"Bye Bye Qadaffi."
With those three words scrawled across Libya's top-level domain registry website, a new hacking group has made its presence and its political stance known.
Calling itself "Electr0n," the hacking group defaced nic.ly, the main website used to administer Libyan domain names, Graham Cluley from the security firm Sophos reported.
The defaced site reads "HACKED By Electr0n," and beneath "bye bye Qadaffi" it says, "Feb 17 Libya," a reference to the day Libyan protesters began their demonstrations, "only to be shot upon by security forces loyal to Colonel Gadaffi," Cluley wrote.
(The ".ly" refers to Libya's country code. Companies which use .ly in their domain name, including the popular website shortening service bit.ly, do not appear to be affected by this hack," Cluley wrote.)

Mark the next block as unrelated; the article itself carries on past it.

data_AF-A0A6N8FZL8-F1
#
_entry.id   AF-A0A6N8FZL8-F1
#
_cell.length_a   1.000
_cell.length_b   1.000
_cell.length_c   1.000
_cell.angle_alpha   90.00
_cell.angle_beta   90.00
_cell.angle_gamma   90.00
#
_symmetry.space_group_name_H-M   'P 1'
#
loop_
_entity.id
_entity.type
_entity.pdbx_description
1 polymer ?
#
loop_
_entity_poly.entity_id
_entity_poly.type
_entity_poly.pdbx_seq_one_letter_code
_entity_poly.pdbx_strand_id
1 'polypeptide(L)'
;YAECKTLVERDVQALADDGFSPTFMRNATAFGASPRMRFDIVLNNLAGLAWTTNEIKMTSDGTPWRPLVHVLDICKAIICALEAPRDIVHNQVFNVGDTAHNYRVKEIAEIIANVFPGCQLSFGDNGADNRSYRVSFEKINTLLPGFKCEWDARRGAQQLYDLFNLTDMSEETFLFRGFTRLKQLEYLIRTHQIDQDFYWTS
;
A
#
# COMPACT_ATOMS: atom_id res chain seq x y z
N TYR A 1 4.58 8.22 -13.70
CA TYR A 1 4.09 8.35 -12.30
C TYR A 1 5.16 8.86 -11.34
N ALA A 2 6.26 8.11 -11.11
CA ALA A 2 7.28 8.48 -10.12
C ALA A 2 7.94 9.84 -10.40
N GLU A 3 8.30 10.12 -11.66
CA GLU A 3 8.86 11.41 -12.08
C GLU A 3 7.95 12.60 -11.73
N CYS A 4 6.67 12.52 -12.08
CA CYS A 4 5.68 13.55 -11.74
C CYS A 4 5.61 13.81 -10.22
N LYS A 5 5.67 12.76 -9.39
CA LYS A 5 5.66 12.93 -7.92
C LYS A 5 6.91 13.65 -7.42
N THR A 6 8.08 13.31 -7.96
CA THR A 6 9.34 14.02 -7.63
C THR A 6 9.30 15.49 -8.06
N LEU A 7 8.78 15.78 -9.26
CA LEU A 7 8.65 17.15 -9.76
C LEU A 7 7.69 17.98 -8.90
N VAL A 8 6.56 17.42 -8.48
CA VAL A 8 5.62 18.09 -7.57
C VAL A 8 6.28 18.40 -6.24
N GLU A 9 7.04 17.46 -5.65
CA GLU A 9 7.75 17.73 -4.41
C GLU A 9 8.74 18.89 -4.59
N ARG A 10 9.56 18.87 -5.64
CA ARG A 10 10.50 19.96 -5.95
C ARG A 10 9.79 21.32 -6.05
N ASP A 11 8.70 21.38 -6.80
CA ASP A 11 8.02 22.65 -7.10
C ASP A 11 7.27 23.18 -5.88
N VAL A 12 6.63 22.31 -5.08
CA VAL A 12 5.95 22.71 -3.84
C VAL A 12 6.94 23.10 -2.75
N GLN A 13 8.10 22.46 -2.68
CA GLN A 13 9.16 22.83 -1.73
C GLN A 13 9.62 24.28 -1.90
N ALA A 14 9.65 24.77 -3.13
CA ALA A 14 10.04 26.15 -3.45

Despite the February stamp on the defaced site, Libyans are still very much embroiled in a dangerous conflict. Libyan rebels said they have captured two sons of Col. Moammar Gadhafi, but Gadhafi remains at large, and his troops continue fighting rebels for control of Tripoli, the country's capital.
The hack also comes just as Libya's Internet seems to be active again, after a nationwide blackout shut down service in March, and the subsequent months saw heavily curtailed Web traffic within the country, according to an MSNBC report.
This is yet another instance of hacktivists taking an online stand against oppressive Arab regimes; earlier this month, the high-profile hacking group Anonymous defaced Syria's Ministry of Defense website, offering a message of support to the citizens living under President Bashar al-Assad.
In the past months, government websites in Egypt, Libya, Tunisia, Iran and Bahrain have also been hacked or defaced.